McGuire-Adams and Giles (2018) furthered the notion of holistic impacts of sport, aligning decolonization with the personal stories from four Indigenous women. Through storytelling and an Anishinaabeg informed thematic analysis three themes emerged, 1) running as ceremony and healing, 2) significance of running as a group, and 3) running for health and personal goals. The link to ceremony was described by one woman as similar to preparing for Sundance, enduring the weather and praying along the journey.
Similar to McGuire and Giles (2018), Cooper and Driedger (2019) position their study as creating a safe space as part of a decolonizing 7-week program for First Nations and Metis women and girls. The researchers noted active colonialism and the negative effects on physical and psychological health. While not specific to sport or physical activity, the program incorporated some physical activity and nutritional instruction. The overall finding demonstrated the need for activities to allow space for testimony and witnessing Indigenous experience and expectation.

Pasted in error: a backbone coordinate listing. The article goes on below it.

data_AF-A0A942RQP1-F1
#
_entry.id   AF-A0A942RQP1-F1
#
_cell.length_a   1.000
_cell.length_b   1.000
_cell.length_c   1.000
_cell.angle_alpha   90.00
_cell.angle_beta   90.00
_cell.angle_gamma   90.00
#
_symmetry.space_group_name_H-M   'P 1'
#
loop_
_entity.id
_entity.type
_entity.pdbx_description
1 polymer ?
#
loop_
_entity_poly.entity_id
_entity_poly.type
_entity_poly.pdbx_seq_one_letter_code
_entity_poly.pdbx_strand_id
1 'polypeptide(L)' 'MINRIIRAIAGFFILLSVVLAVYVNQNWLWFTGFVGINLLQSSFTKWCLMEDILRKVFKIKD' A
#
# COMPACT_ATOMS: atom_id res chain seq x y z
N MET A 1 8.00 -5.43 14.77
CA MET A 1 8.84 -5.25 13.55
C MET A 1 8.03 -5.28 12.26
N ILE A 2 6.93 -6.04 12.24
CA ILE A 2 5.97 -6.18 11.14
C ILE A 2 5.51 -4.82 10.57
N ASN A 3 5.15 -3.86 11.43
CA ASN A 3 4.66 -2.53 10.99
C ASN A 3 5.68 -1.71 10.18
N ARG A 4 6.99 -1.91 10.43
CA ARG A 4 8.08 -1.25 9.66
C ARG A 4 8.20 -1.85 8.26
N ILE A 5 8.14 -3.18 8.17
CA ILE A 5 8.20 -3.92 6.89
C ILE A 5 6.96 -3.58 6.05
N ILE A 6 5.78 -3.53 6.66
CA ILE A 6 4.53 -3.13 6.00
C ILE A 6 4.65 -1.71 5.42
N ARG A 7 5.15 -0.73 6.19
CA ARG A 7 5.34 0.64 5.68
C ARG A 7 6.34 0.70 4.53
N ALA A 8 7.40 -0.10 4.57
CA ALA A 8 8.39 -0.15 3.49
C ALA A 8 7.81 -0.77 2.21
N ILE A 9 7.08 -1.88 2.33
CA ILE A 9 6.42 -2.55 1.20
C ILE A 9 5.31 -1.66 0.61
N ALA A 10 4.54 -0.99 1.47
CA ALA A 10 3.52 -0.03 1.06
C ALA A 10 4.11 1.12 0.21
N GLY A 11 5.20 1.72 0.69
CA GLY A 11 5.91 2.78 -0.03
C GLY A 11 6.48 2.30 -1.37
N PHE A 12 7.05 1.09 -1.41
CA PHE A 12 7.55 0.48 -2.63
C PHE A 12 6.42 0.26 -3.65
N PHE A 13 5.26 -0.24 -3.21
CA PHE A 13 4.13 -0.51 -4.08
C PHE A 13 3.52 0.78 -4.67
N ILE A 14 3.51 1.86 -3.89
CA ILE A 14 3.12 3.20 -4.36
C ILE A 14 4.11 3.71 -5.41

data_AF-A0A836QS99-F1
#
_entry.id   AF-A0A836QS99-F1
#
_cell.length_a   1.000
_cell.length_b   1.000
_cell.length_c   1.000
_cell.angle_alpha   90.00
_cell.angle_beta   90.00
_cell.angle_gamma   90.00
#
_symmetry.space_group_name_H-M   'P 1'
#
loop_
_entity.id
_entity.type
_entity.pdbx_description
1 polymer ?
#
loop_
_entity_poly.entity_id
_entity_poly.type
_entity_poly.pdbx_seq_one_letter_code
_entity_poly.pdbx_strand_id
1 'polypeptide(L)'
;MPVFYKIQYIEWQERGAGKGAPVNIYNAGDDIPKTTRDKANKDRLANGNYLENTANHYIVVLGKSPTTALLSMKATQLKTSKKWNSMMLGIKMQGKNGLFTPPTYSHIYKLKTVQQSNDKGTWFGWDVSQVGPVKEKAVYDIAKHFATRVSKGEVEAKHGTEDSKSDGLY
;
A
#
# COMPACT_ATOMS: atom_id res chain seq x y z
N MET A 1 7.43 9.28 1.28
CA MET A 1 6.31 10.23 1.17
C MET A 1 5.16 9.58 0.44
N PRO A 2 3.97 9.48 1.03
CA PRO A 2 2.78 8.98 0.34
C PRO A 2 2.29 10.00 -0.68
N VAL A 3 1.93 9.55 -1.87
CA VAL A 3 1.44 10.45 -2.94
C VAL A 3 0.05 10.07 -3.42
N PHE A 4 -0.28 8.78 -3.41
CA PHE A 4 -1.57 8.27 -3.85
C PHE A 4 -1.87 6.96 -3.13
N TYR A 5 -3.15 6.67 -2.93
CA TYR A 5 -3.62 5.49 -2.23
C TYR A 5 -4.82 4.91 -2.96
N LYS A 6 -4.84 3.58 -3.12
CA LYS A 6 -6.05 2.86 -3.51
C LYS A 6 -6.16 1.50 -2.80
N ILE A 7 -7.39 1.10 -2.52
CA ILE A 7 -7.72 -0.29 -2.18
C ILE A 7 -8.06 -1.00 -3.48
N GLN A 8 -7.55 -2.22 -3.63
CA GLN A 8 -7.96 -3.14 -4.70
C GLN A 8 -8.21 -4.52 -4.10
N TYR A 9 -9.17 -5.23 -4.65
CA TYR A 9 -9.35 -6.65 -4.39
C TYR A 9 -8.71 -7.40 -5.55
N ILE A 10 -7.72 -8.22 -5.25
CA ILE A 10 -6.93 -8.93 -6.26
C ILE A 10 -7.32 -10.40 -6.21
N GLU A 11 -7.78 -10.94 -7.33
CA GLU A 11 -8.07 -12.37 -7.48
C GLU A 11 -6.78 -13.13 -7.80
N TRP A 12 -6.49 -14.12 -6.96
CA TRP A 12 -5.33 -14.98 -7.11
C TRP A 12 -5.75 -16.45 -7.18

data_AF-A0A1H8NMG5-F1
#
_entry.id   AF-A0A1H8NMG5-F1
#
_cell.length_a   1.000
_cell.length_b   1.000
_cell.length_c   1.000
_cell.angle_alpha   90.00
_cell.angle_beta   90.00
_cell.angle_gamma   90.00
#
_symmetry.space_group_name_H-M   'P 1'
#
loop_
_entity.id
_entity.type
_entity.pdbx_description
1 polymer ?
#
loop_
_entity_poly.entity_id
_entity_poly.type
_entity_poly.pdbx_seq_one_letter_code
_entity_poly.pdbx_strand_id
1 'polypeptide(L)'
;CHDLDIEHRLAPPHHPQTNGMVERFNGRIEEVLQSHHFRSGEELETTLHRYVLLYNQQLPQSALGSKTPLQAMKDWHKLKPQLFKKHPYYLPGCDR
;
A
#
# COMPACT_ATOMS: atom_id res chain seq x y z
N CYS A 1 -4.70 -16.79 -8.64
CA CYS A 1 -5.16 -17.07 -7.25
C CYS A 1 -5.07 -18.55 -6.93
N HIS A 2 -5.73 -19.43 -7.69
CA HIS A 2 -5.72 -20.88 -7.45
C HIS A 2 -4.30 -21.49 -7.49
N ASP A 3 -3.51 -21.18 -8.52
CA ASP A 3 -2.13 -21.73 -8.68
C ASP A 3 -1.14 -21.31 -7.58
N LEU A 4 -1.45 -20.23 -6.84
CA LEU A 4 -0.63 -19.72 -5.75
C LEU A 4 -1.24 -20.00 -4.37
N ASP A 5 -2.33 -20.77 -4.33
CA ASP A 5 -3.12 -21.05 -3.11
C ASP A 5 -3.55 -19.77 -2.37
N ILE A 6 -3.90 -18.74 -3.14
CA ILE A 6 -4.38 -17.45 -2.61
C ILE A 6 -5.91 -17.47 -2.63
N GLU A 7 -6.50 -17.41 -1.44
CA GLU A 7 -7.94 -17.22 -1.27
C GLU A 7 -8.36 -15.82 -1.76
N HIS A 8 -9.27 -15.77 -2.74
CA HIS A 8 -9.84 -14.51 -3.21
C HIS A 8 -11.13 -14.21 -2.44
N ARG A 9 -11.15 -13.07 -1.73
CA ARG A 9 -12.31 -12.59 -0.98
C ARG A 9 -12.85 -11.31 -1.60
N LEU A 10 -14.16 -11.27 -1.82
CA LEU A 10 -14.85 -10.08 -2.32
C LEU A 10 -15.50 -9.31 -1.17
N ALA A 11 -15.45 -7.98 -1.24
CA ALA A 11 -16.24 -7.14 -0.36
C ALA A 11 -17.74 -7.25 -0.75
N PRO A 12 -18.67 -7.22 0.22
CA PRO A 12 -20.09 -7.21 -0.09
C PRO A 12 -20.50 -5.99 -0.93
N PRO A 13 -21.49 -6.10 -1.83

Lavallee (2009) and Hanna (2009) completed community level reports validating the positive holistic impacts of sport, recreation and physical activity reporting findings specific to girls. Lavallee (2009) explored the health and social impacts of the 2008 North American Indigenous Games. A gender analysis of the data noted 46% of the total number of registered athletes for the games (N=3269) identified as female. Of the 14 sports, volleyball had the highest number of girls with 69% of the volleyball athletes identifying as female, followed by swimming (60%), softball (57%), taekwondo (52%), badminton (51%), soccer (51%) and canoeing (47%). Girls were under-represented in wrestling (15%), boxing (22%), golf (27%), archery (3%) and rifle (39%). Taekwondo and boxing were cancelled just before the games. Lavallee (2009) noted that future organizers of the NAIG could ensure inclusion of sports with higher involvement by girls. Lavallee (2009) did not conduct a gender analysis for the survey responses due to the lack of statistical significance to further explore gender as a variable but did note that future surveys should include transgender as a category. This study noted that the importance of sport role models for Indigenous women and girls. Hanna (2009) explored the importance of promoting, developing and sustaining sports, recreation and physical activity in British Columbia. Hanna reported that women and girls reported participating in basketball, soccer and softball but similar to Lavallee (2009), Hanna also recognized the need for more women sport mentors, particularly related to high performance sports.